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Male factor infertility plays a role in about approximately half of all cases of infertility. To understand what might be causing a couple's infertility, the male partner should undergo a male fertility work-up with a semen analysis. Because a man's sperm count and semen consistency can vary from day to day — and some conditions can also have a temporary effect — a semen analysis to determine fertility should be performed on at least two samples, at least seven days apart over a period of two to three months.
For a semen analysis, the typical volume of semen collected is around one-half to one teaspoonful (2 to 6 milliliters) of fluid. Collecting less semen might indicate there are fewer total sperm, which could affect fertility. Collecting more semen could indicate there is too much fluid, which may dilute the concentration of sperm. Semen should be thick and then liquefy within 10 to 30 minutes.
A semen analysis typically measures three things:
- sperm count
- sperm morphology
- sperm motility
Sperm count is measured in millions of sperm per milliliter (mL) of semen. For optimal fertility, men should have a healthy sperm count, which is considered 15 million or more sperm per milliliter. (In the past, a healthy sperm count was considered 20 million sperm per milliliter.) Having fewer sperm and/or a lower sperm concentration could impair fertility.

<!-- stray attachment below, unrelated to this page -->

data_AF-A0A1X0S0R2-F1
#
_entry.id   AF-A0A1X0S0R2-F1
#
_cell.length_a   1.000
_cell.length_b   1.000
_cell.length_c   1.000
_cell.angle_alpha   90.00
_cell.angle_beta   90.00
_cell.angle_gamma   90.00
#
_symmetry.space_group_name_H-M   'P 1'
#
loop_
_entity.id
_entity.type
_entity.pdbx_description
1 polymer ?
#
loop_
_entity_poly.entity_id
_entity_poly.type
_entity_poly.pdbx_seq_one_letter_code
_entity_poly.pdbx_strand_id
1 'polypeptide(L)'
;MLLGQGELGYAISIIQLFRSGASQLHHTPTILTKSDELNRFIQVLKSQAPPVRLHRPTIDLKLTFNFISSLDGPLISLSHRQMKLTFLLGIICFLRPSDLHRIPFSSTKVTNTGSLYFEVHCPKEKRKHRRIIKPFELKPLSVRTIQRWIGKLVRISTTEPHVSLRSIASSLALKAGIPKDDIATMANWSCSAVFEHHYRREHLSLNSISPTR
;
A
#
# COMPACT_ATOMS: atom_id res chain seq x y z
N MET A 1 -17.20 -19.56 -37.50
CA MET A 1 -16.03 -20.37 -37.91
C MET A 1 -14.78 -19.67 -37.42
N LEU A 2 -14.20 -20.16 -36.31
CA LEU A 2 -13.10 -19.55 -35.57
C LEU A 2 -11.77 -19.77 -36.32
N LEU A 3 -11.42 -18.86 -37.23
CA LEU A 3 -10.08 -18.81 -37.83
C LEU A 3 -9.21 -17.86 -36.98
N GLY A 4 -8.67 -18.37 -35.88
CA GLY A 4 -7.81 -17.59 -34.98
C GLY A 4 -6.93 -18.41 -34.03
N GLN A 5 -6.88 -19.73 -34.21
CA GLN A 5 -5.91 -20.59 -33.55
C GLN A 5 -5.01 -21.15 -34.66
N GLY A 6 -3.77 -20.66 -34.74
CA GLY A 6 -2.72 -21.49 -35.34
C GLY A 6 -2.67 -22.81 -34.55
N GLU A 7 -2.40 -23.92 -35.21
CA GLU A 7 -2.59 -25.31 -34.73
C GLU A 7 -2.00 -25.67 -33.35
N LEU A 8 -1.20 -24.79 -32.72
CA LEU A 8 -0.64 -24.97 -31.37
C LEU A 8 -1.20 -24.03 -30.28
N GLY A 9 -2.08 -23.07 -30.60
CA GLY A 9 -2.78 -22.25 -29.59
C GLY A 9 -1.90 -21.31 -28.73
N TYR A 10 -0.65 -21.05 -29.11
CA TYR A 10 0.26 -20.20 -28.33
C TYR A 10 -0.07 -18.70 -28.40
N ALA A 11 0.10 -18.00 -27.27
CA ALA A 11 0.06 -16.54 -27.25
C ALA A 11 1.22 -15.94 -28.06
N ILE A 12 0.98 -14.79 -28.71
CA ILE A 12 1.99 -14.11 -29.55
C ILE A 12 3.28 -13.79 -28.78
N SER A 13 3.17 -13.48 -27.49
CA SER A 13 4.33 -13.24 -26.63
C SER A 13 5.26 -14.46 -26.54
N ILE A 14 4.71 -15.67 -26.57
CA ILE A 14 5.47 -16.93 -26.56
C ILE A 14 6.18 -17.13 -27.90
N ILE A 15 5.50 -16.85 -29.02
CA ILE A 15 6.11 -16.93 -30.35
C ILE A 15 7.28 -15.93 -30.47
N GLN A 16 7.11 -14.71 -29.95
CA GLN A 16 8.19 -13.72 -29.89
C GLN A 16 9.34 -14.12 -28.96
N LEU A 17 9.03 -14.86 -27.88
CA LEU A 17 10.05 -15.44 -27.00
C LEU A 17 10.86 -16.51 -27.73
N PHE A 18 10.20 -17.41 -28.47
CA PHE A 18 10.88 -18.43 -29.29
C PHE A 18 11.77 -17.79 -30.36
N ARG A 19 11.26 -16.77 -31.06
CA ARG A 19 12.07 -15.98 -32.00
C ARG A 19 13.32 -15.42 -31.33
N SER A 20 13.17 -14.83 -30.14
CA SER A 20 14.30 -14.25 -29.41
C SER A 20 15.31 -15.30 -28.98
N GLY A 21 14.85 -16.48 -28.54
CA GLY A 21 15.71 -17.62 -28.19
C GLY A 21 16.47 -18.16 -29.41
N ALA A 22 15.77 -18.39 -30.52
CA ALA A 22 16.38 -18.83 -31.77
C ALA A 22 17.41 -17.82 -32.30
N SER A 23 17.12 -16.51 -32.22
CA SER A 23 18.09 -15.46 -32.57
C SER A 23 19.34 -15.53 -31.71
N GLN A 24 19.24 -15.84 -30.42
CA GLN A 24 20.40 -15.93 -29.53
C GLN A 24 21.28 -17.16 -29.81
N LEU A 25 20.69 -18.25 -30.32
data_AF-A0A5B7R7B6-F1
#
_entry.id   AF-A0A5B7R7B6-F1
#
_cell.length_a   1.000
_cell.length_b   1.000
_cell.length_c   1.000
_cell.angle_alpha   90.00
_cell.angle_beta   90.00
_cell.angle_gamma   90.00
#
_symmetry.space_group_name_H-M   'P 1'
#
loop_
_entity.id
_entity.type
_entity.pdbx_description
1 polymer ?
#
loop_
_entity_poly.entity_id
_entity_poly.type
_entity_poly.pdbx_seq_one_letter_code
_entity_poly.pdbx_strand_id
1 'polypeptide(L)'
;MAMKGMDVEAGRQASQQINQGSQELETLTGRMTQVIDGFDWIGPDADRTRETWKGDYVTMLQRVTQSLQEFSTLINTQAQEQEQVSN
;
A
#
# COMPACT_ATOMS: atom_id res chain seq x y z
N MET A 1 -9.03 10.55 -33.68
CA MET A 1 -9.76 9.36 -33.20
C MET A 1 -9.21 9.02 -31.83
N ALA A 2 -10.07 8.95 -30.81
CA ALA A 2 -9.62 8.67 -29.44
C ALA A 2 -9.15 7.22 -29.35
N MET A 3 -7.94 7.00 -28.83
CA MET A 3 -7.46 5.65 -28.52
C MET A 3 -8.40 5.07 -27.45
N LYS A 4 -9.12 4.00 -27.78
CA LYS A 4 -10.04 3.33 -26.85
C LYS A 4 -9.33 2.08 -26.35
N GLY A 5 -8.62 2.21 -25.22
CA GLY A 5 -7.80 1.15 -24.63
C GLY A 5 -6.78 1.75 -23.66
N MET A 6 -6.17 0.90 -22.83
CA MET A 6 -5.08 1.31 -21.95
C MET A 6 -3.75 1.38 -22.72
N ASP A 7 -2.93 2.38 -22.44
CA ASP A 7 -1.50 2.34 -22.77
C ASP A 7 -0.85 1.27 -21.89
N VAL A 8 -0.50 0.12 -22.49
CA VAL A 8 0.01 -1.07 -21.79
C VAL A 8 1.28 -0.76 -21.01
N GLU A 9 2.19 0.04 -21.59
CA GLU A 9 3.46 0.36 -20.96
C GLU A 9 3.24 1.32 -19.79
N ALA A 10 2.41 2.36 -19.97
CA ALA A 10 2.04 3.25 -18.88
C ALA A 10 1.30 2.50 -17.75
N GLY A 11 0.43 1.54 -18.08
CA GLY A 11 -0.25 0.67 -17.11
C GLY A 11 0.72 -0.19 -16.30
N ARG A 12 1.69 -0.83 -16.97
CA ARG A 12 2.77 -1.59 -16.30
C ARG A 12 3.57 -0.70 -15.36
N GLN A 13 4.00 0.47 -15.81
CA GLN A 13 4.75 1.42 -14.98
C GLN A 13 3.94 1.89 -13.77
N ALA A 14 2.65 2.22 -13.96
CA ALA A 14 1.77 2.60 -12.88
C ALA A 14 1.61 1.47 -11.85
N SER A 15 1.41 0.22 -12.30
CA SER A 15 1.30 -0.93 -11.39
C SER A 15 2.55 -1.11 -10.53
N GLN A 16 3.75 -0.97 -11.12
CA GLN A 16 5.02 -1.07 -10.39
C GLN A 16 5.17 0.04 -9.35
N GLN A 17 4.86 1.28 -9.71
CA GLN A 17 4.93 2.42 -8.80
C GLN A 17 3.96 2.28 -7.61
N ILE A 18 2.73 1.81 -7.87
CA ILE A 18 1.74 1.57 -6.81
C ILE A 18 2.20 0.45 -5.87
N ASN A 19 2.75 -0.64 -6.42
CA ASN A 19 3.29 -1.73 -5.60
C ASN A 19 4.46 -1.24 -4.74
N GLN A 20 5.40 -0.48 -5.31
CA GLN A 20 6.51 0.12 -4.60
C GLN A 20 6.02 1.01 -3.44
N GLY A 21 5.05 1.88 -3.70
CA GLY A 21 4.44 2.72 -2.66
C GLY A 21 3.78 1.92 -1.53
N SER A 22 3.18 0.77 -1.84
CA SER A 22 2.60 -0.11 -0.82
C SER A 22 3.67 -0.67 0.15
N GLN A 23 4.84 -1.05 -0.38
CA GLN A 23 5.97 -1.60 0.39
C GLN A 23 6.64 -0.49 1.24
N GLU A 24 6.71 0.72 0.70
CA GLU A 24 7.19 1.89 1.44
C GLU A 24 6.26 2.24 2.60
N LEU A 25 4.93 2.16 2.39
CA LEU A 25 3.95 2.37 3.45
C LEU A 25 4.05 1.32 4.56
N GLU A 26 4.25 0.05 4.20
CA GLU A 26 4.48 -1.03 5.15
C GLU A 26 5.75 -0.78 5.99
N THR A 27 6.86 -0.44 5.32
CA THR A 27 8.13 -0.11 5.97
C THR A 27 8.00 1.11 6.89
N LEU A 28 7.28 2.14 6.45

A morphology analysis is performed to study the size, shape and appearance of sperm. Healthy sperm have oval heads and long tails, which allow them to be propelled forward effectively. The more abnormal sperm that are present, the less likely a man is fertile. Abnormal sperm may have defective heads or tails that are misshapen, crooked, tapered or kinked. Fertile men should have a normal shape and structure to at least 14 percent to 15 percent of their sperm.
Motility checks whether the sperm are moving well or not. The ability of sperm to propel itself and move forward is important in order to successfully fertilize an egg. Motility can be graded from A to D (fast progressive, slow progressive, nonprogressive and immotile). Sperms of grade C and D are considered poor. A fertile man should have at least 40 percent to 50 percent of his sperm exhibiting health motility.
Assisted Reproductive Technology May Help with Male Factor Infertility
Men who have a lower sperm count, poor morphology or poor motility may need the assistance of a fertility doctor to increase their odds of successfully achieving a pregnancy. Methods to increase the odds of conceiving include first-line treatments such as intrauterine insemination (IUI) and more advanced technologies such as in vitro fertilization (IVF) with intracytoplasmic sperm injection (ICSI).